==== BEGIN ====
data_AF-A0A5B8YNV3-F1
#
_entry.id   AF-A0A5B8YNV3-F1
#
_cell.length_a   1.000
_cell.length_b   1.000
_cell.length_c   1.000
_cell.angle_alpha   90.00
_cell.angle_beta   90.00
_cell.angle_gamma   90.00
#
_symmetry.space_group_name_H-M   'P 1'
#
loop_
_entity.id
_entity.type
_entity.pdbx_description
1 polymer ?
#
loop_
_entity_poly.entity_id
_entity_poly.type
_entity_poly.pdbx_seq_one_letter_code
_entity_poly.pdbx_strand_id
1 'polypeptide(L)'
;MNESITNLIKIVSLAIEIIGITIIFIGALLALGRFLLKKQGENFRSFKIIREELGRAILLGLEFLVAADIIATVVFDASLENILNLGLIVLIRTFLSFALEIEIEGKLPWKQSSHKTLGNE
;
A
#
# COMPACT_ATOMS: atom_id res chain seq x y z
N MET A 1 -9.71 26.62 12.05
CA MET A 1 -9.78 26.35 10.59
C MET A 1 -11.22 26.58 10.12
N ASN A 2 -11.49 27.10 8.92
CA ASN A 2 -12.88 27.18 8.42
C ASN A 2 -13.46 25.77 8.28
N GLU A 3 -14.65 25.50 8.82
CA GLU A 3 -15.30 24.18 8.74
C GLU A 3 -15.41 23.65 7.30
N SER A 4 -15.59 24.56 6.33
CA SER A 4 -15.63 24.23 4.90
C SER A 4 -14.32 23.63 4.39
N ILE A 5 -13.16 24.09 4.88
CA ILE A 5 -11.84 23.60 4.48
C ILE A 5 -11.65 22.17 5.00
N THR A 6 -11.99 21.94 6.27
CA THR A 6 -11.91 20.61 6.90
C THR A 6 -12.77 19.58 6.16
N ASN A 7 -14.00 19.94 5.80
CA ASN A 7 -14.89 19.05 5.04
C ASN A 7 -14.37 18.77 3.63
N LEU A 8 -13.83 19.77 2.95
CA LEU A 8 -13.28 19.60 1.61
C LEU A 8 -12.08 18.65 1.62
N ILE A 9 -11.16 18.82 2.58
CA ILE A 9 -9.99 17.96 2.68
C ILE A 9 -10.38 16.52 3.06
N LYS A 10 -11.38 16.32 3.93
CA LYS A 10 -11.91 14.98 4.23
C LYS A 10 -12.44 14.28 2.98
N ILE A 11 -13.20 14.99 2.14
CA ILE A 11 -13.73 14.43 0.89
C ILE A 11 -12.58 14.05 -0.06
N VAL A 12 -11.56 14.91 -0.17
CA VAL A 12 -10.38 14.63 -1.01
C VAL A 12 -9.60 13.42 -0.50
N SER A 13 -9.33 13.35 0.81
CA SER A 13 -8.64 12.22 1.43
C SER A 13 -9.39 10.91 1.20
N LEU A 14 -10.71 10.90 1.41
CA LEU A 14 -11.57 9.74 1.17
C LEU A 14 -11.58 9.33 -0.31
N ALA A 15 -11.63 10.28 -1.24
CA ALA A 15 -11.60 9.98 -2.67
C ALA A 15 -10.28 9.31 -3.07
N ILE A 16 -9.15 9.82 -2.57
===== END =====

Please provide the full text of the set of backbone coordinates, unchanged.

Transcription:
data_AF-A0A5B8YNV3-F1
#
_entry.id   AF-A0A5B8YNV3-F1
#
_cell.length_a   1.000
_cell.length_b   1.000
_cell.length_c   1.000
_cell.angle_alpha   90.00
_cell.angle_beta   90.00
_cell.angle_gamma   90.00
#
_symmetry.space_group_name_H-M   'P 1'
#
loop_
_entity.id
_entity.type
_entity.pdbx_description
1 polymer ?
#
loop_
_entity_poly.entity_id
_entity_poly.type
_entity_poly.pdbx_seq_one_letter_code
_entity_poly.pdbx_strand_id
1 'polypeptide(L)'
;MNESITNLIKIVSLAIEIIGITIIFIGALLALGRFLLKKQGENFRSFKIIREELGRAILLGLEFLVAADIIATVVFDASLENILNLGLIVLIRTFLSFALEIEIEGKLPWKQSSHKTLGNE
;
A
#
# COMPACT_ATOMS: atom_id res chain seq x y z
N MET A 1 -9.71 26.62 12.05
CA MET A 1 -9.78 26.35 10.59
C MET A 1 -11.22 26.58 10.12
N ASN A 2 -11.49 27.10 8.92
CA ASN A 2 -12.88 27.18 8.42
C ASN A 2 -13.46 25.77 8.28
N GLU A 3 -14.65 25.50 8.82
CA GLU A 3 -15.30 24.18 8.74
C GLU A 3 -15.41 23.65 7.30
N SER A 4 -15.59 24.56 6.33
CA SER A 4 -15.63 24.23 4.90
C SER A 4 -14.32 23.63 4.39
N ILE A 5 -13.16 24.09 4.88
CA ILE A 5 -11.84 23.60 4.48
C ILE A 5 -11.65 22.17 5.00
N THR A 6 -11.99 21.94 6.27
CA THR A 6 -11.91 20.61 6.90
C THR A 6 -12.77 19.58 6.16
N ASN A 7 -14.00 19.94 5.80
CA ASN A 7 -14.89 19.05 5.04
C ASN A 7 -14.37 18.77 3.63
N LEU A 8 -13.83 19.77 2.95
CA LEU A 8 -13.28 19.60 1.61
C LEU A 8 -12.08 18.65 1.62
N ILE A 9 -11.16 18.82 2.58
CA ILE A 9 -9.99 17.96 2.68
C ILE A 9 -10.38 16.52 3.06
N LYS A 10 -11.38 16.32 3.93
CA LYS A 10 -11.91 14.98 4.23
C LYS A 10 -12.44 14.28 2.98
N ILE A 11 -13.20 14.99 2.14
CA ILE A 11 -13.73 14.43 0.89
C ILE A 11 -12.58 14.05 -0.06
N VAL A 12 -11.56 14.91 -0.17
CA VAL A 12 -10.38 14.63 -1.01
C VAL A 12 -9.60 13.42 -0.50
N SER A 13 -9.33 13.35 0.81
CA SER A 13 -8.64 12.22 1.43
C SER A 13 -9.39 10.91 1.20
N LEU A 14 -10.71 10.90 1.41
CA LEU A 14 -11.57 9.74 1.17
C LEU A 14 -11.58 9.33 -0.31
N ALA A 15 -11.63 10.28 -1.24
CA ALA A 15 -11.60 9.98 -2.67
C ALA A 15 -10.28 9.31 -3.07
N ILE A 16 -9.15 9.82 -2.57